It is on a spectacular canvas of grays that he desires to retreat. He chooses an inspiring site in Faqra where rock formations carved by millennia of rain and snow compose a natural inviting cradle with panoramic views to the club, the surrounding rock park, the valleys and Beirut beyond.

Photo: Christopher Antaki.

Seeking a total immersion in nature, we expand the existing grey canvas into man-made fair-faced concrete volumes that contain the intimate functions of the house. Bridging across those apparently dispersed boxes, a zinc roof floats to create a seeming enclosure. But where roof happens, enclosure disappears, and where enclosure happens, roof disappears. The intimacy of enclosure is here opposed to the openness of an extreme transparency as they do not happen at once in this atypical house.

Photo: Dia Mrad.

The boxes contain three ‘punctured’ bedrooms, where every entrance at the turn of an angle opens up to a small patio with a tree, a rock and a selected perspective to the outside. The rooms are warm worlds, fully cladded in wood to create the needed double wall without exceeding a contemporary standard of thickness.

Photo: Dia Mrad.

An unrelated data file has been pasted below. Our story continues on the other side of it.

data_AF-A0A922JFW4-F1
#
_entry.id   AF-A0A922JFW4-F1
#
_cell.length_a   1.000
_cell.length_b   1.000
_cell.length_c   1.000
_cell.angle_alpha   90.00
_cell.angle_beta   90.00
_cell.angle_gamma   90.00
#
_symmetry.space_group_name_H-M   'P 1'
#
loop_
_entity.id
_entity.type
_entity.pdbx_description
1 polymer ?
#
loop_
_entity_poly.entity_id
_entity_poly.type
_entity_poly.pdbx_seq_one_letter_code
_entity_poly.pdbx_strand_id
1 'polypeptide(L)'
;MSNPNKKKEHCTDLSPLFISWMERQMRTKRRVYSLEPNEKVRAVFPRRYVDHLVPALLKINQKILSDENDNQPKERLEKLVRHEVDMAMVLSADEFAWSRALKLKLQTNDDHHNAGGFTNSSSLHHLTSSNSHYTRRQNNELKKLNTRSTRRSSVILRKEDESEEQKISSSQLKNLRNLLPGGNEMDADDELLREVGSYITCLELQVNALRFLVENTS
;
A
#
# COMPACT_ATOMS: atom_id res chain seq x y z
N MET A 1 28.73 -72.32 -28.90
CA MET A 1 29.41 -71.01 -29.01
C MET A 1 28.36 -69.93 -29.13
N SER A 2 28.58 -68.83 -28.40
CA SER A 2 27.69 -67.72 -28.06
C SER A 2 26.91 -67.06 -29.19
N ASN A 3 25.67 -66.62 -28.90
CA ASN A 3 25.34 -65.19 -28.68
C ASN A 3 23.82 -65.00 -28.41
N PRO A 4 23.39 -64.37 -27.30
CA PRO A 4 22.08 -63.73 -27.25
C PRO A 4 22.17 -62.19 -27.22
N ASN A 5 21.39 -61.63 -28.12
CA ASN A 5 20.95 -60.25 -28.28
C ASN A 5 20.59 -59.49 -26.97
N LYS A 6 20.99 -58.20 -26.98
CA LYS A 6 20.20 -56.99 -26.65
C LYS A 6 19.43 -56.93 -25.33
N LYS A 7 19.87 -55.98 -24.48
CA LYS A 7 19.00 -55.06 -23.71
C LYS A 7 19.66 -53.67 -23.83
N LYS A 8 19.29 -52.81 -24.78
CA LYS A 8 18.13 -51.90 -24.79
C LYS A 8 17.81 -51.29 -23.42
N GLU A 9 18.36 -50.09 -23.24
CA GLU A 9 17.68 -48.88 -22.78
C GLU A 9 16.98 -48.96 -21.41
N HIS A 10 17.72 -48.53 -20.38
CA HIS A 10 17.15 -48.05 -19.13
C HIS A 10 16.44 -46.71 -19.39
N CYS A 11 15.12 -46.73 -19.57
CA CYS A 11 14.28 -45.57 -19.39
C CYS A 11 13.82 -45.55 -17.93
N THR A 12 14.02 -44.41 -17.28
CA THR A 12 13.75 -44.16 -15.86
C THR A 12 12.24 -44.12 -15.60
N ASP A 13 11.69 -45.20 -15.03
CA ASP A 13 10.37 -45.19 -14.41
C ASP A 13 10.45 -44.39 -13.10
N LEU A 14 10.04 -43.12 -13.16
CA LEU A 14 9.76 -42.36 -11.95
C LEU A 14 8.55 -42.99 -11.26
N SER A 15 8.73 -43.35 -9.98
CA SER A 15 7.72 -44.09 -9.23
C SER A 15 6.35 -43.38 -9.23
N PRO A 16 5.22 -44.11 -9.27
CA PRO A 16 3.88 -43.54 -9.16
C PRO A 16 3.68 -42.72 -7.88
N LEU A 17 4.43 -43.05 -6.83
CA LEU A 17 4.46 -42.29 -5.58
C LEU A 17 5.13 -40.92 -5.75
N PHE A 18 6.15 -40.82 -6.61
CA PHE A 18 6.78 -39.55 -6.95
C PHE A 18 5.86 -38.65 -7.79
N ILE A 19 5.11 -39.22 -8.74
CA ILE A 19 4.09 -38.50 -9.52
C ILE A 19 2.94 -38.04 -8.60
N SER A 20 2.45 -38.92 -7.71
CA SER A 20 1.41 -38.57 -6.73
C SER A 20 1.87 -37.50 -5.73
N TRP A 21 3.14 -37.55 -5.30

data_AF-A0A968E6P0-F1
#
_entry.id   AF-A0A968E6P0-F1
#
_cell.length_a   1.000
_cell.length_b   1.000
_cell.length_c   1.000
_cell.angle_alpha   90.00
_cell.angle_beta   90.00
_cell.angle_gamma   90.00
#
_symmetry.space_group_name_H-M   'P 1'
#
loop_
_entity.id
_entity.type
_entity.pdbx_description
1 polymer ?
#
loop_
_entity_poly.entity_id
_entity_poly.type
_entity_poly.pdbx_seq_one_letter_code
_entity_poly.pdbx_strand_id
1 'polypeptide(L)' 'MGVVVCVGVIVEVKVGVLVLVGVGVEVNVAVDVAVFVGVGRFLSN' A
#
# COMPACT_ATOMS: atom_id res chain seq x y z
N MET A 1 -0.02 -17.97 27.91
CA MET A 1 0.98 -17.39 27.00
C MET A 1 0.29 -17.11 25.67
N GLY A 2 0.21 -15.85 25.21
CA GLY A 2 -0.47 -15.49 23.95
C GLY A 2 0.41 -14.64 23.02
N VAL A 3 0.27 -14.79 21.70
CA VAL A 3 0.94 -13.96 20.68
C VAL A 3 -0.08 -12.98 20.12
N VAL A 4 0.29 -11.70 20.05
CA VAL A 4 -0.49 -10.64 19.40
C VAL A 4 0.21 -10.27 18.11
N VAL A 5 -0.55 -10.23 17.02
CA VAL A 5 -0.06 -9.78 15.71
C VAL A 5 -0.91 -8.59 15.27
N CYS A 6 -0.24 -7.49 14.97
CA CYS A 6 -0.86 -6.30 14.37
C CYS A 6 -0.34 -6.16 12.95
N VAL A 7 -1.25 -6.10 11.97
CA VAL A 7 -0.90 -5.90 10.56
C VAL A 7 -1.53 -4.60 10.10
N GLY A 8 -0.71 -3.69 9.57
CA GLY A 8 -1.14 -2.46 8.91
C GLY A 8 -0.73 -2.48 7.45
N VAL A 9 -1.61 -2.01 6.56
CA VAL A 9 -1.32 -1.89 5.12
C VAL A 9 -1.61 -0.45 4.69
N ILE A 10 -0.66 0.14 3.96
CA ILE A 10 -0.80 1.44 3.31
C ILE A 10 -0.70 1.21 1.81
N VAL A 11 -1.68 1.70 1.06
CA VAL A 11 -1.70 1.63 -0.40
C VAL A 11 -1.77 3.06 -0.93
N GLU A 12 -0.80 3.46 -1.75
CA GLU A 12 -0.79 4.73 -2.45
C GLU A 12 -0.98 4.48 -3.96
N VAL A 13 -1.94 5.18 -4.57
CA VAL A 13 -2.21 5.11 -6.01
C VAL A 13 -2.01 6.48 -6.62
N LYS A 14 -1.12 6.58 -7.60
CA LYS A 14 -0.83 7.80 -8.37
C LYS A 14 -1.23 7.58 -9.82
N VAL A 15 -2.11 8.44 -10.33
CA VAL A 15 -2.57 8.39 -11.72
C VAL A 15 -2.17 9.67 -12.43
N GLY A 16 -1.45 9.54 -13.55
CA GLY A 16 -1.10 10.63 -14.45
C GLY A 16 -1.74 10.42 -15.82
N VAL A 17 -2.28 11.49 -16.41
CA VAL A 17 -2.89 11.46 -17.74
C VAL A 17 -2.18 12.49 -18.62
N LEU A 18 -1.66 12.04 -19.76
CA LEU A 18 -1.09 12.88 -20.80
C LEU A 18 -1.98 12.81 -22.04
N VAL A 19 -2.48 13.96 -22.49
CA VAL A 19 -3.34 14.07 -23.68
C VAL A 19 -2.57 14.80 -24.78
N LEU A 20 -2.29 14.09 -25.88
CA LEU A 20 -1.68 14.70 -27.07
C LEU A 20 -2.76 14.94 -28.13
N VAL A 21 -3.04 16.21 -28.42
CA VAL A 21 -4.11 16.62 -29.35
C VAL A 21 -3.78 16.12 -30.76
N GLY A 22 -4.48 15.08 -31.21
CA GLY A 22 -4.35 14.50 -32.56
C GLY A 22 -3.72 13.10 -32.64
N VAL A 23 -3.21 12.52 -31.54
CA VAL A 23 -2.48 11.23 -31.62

The reception area is the absence of enclosure to an extreme. Sitting under a bridging roof 18m in length, its fully operable facade to the north and south creates an unusual setup for such an environment where the possibility of living outside during the spring, summer and fall becomes the natural invitation.


The house is entered from the west side via a cascading staircase that meanders around the rocks, reaching to the reception platform/terrace where a long pool juts out towards the view and cascades down towards the street. The southeast corner with its existing circular rock formation becomes the receptacle for a sundeck with a fire and an extended reception terrace with lavender, scattered smaller rocks and pebbles in the zen tradition.

Ground floor plan.

The overall composition – a multitude of grey volumes surmounted by a roof – do reiterate the elements of a house iconography. But it is as if nature has taken over, and in the numerous gaps where light seeps at varying angles, it is more of a garden folly that emerges this time.

Photo: Dia Mrad.